In Broken City, New York Mayor Nicholas Hostetler (played by Russell Crowe), enlists the help of ex-cop turned private investigator Billy Taggart (Mark Wahlberg), to follow his wife, Cathleen (Catherine Zeta-Jones).
For all intents and purposes, Cathleen is not being truthful with her husband and running around with Paul Andrews (Kyle Chandler), campaign manager of Hostetler’s foe Jack Valliant (Barry Pepper).
Hostetler, the incumbent, and Valliant, the new kid on the block, are locked in a heated election race that’s getting uglier by the minute. When Taggart presents Hostetler with incriminating photos, a series of events leave Taggart chasing the real meaning of said photos and Paul’s murderer.
In his first filmed script, screenwriter Brian Tucker takes his audience through a slow-boil thrill ride that unravels a New York politician’s scheme to line his pockets with $2 billion from a plan to re-develop a housing project into a posh community.
The only problem is: Hostetler is using his scheme to displace 37,000 people from their homes as a campaign ploy to claim that he has put $4 billion back into New York’s sparse treasury. The typical campaign fluff is used in debate speeches to rev up audiences.
One half of the Hughes Brothers team, director Allen Hughes – who’s also responsible for Menace II Society, Dead Presidents and Knights of the South Bronx – weaves together a story with characters who all have an angle. The audience becomes quite aware that no one can be trusted.
Not Taggart, who may or may not have shot a man in cold blood. Not Hostetler, whose best asset is his ability to twist the truth to his benefit. Not even Valliant, whose secret passion and upper-class upbringing belie his do-gooder politician exterior.
Each layer of Broken City brings a new suspicion and conspiracy for the audience to ponder, as well. Police Commissioner Carl
Fairbanks (Jeffrey Wright) is too shady for comfort. Valliant is too emotional about Paul’s murder for there to not be a deeper connection. Hostetler likes his assistant way too much to be that concerned about his wife’s infidelity; at least, not concerned enough to pay a PI $50,000 to investigate it. And Taggart’s actress girlfriend, Natalie (Miami native Natalie Martinez) is way too friendly with her co-star for comfort.
Broken City, while not the best at keeping tight with its own storyline, does allow its audience to peel back the layers of the story so that no one gets bored. It also pokes at last year’s general election race and the politicians who campaigned for their posts.
Crowe’s bullish Mayor Hostetler takes turns smiling for his adoring public and coolly decimating those who stand in his way. Using his bullying tactics to not only make his money, but intimidate his opponent, nothing can touch Hostetler; not even his wife scheming against him.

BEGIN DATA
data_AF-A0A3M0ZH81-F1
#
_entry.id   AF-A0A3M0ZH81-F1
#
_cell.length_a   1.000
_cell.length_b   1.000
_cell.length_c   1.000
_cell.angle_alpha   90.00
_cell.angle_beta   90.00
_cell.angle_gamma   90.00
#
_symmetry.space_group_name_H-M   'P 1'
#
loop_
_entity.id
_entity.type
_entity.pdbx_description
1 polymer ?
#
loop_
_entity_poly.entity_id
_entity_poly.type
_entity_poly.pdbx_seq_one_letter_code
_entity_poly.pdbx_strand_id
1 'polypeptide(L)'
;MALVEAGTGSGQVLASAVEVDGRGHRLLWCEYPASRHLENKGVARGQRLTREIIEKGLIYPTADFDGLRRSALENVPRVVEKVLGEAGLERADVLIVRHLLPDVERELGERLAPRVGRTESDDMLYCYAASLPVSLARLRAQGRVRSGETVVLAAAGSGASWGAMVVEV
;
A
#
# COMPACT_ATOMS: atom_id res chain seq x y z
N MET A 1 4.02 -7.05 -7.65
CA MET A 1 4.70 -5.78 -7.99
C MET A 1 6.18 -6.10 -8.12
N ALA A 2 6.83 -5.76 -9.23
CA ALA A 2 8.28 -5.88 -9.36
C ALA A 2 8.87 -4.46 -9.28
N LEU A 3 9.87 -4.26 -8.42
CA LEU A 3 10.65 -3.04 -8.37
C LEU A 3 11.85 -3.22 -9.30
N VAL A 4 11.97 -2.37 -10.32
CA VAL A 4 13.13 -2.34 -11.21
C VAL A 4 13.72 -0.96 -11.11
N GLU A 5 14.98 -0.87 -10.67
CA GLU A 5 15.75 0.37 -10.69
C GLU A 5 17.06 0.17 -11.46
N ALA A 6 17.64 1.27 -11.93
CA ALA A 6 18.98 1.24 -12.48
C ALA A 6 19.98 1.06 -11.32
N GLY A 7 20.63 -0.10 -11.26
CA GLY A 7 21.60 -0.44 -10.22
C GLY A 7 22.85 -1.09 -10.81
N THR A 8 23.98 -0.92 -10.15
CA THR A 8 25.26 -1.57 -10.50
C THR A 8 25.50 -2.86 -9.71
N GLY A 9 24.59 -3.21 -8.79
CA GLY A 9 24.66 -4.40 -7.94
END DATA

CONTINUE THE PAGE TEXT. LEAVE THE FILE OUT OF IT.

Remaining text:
Pepper’s Valliant, cracking under debate pressure from Hostetler, falters when faced with a dominant personality. His performance begs the question of whether or not someone so wilted could actually stand as the mayor of New York City. Valliant’s juxtaposition to Hostetler makes the incumbent mayor look like a wolf and Valliant a tender piece of meat.
Wahlberg, who has a fondness for playing New York City cops, gives a rousing performance as a former good/bad cop who is too smart for his own good. Taggart exhibits parallel personalities wherein he’s too trusting to be a cop yet instinctual enough to see that there is a conspiracy going on right in front of his face.
Wright’s Commissioner Fairbanks also is the kind of character who keeps the audience guessing, even after the ending credits. It’s never really clear which side Fairbanks is on and where his loyalties lie. The only obvious thing about Fairbanks is that he does not care who you are. Whether citizen or mayor, if a crime is committed, he will catch the criminal.
Should one remove the layers of this conspiracy story, perhaps they would find that Tucker is really making the case that the two typical types of politicians all have something to hide, regardless of whether they have bullish personalities or gentle dispositions.
Either way, Tucker has written a tight story about the fallacy of not doing your research when it comes to picking an elected official. It’s not always about picking the most charismatic individual.
That said, Tucker should have invested some time into giving Broken City a tighter ending to match up with its tight storyline. Then again, that is what filmmakers do when they want to make a sequel.